Seventeen, Before the First Time

by Ange Law
Second Place, July 2008
Judged by Tony Barnstone

Shoulder pout like Harlow.
Inciting reaction,
mouth a buzz full of bees.
She slams a mirror door,
glass splinters- catch tongue.
Wonders what it’s like to slash your wrists
flapper style.
Conjures scarysexy to suck
with heretic teeth.
In the garden, genuflects to the god of lipstick,
makes her mouth arterial,
backhanding red across the intrusive flowers.
Stalks through grass three foot high
desperate for knowledge of passion.
Lying in it,
grasps handfuls of green,
then it’s…
his hair a catch kiss of curls,
his eyes dark as dejected pews on Sunday.
In a furnace face blast,
she orgasms spontaneously,
lets go laughing…laughing.
Scrapes shiny off the sun,
smears her body
with forty- eight shades of golden.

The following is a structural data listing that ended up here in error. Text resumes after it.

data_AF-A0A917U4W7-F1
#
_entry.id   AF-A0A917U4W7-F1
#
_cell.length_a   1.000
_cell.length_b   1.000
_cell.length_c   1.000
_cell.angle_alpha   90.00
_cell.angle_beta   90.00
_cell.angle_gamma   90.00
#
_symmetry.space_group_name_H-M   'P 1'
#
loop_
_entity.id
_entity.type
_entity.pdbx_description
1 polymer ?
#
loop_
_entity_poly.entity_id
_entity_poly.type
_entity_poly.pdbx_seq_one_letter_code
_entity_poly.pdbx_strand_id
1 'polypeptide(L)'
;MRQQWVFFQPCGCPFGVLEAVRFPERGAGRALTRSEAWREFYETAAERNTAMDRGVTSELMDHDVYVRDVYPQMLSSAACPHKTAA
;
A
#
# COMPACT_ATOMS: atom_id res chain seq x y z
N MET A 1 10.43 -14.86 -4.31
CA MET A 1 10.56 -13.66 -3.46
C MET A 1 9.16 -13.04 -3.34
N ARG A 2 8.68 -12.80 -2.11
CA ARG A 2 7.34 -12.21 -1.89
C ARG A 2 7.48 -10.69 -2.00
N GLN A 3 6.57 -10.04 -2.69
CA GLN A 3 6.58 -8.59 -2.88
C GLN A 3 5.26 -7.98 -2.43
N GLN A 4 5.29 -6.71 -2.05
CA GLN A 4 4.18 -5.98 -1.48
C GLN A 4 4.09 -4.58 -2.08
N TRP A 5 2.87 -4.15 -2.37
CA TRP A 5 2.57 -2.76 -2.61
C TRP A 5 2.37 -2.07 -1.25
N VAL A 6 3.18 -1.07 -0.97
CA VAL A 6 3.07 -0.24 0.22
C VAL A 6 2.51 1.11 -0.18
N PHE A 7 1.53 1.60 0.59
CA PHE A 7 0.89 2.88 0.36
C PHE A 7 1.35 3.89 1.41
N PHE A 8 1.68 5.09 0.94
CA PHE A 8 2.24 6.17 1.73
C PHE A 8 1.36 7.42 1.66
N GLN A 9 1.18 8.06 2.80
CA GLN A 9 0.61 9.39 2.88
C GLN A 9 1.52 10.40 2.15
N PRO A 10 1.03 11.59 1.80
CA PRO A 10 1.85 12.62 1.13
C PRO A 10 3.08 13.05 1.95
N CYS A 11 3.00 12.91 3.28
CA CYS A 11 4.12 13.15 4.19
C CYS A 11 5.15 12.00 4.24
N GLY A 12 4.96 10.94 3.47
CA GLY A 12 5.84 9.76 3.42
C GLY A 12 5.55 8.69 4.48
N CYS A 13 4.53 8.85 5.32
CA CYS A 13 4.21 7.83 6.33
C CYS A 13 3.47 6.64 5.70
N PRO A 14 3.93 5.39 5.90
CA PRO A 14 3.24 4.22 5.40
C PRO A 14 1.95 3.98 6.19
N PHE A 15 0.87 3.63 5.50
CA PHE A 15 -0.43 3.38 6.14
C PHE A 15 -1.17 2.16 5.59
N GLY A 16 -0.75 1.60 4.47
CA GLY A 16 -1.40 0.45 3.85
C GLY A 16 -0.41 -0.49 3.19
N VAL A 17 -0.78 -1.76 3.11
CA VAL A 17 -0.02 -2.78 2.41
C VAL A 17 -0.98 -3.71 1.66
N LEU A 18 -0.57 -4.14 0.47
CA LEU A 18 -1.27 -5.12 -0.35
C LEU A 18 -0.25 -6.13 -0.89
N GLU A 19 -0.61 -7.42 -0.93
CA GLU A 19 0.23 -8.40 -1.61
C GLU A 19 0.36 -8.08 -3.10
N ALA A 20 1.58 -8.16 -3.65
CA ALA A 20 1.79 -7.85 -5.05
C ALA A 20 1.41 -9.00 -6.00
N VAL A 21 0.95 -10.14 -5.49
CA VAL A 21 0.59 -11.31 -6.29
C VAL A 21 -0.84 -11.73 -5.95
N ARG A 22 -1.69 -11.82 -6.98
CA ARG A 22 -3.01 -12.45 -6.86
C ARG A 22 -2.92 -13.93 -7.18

Usually, I find poems that use this particular bag of tricks are unsuccessful. Portmanteau words like "scarysexy" are thirty years out of date now, the substitution of parts of speech for each other is an e.e. cummings trick that's hard to imitate well, and the artificial and extreme compression that leads to a dropping of the personal pronouns seems to reek of the MFA workshop poem. So, why on earth does this poem work so well? It has a utter psychic wildness to it, a deep, archetypal vocabulary that tickles the unconscious with a knife, a relentless sexual pace, and gorgeous sounds. Maybe that's why? I love the fact that the poet has made these old, warped arrows shoot true. --Tony Barnstone